SIC 3325
STEEL FOUNDRIES, NOT ELSEWHERE CLASSIFIED



This classification covers establishments primarily engaged in manufacturing steel castings, not elsewhere classified.

NAICS Code(s)

331513 (Steel Foundries (except Investment))

According to the U.S. Census Bureau, roughly 275 establishments operate in this category. Industry-wide employment in 2000 totaled 22,568 workers receiving a payroll of almost $800 million. Within this workforce, 18,308 of these employees worked in production, putting in almost 40 million hours to earn wages of more than $587 million. Overall shipments for the industry were valued at almost $2.5 billion in 2001.

The Great Lakes area has the heaviest concentration of steel foundries, and Ohio's more than 20 establishments rank first in terms of shipments. At the same time, Pennsylvania has more foundries than any other state; however, its more than 30 establishments rank third in

SIC 3325 Steel Foundries, Not Elsewhere Classified

terms of shipments. Wisconsin ranks second in terms of shipments. Hourly wages between these three states did not vary significantly during this period. Workers in Ohio were paid the highest hourly wage, compared to Pennsylvania and Wisconsin. Throughout the industry, hourly wages averaged $14.80 in 2000.

The Bureau of Labor Statistics projected a bleak future for this industry's occupations. Except for industrial machinery mechanics, sales workers, millwrights, and industrial production managers, all other occupations were expected to face reductions in employment levels. The many steel foundry occupations expected to face over a 10 percent reduction in the early 2000s included general laborers, grinders, precision workers, blue collar worker supervisors, mold assembly and shakeout operators, inspectors, metal pourers, truck operators, grinding machine operators, furnace machine operators, welders, assemblers, hand workers, electricians, material handlers, and janitors.

Leading the U.S. industry in overall sales was Dallas-based Commercial Metals Co., with 7,873 employees and sales of just under $2.9 billion for its fiscal year ended August 31, 2003. Worthington Industries Inc. of Columbus, Ohio, followed Commercial Metals, with 6,700 employees and just over $2.2 billion in sales for its fiscal year ended May 31, 2003. Rounding out the top three industry leaders was Pittsburgh-based Allegheny Ludlum Corp., a subsidiary of Allegheny Technologies. Allegheny, which employed roughly 6,000 workers, sought to capture market share by setting up a production line at its Massillon, Ohio, plant (acquired in 1998 from Bethlehem Steel Corp.) capable of producing 72-inch wide stainless steel coiled plate. Allegheny was the only producer of such a product at this width. Other industry leaders included Inco United States Inc. of Saddle Brook, New Jersey; New York City-based Renco Corp.; and Nucor-Yamato Steel Co. of Armorel, Arkansas.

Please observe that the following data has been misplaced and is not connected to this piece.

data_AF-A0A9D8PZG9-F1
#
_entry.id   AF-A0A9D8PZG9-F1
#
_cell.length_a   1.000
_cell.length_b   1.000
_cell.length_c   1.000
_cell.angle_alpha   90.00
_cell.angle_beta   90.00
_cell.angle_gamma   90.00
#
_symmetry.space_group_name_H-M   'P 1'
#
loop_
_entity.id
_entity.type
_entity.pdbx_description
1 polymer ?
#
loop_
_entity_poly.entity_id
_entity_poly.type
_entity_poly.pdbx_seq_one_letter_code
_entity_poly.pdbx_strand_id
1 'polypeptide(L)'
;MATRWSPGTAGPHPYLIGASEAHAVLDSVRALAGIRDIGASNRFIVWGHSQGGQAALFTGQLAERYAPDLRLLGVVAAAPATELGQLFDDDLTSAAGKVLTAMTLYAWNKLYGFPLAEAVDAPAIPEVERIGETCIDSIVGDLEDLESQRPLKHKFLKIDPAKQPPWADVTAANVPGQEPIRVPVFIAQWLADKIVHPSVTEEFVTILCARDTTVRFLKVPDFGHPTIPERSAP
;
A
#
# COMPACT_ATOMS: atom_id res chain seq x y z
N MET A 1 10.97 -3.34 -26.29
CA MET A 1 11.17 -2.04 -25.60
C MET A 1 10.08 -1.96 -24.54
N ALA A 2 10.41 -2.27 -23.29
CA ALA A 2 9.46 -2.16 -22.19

Carbon steel castings accounted for 43.6 percent of industry shipments in 2001, while high alloy steel castings accounted for 21.8 percent, and other alloy steel castings accounted for 24.2 percent. Approximately 4 percent of the market was non-specific in 2001. Between 1997 and 1999, total industry shipments increased from $2.69 billion to $2.97 billion. When the U.S. economy weakened and steel prices soared in the early 2000s, however, shipments began to wane, falling to $2.68 billion in 2000 and to $2.44 billion in 2001. Between 2000 and 2001, the value of shipments for each industry segment declined.

Further Reading

U.S. Census Bureau. "Statistics for Industry Groups and Industries: 2000." February 2002. Available from http://www.census.gov/prod/2002pubs/m00as-1.pdf .

——. "Value of Shipments for Product Classes: 2001 and Earlier Years." December 2002. Available from http://www.census.gov/prod/2003pubs/m01as-2.pdf .

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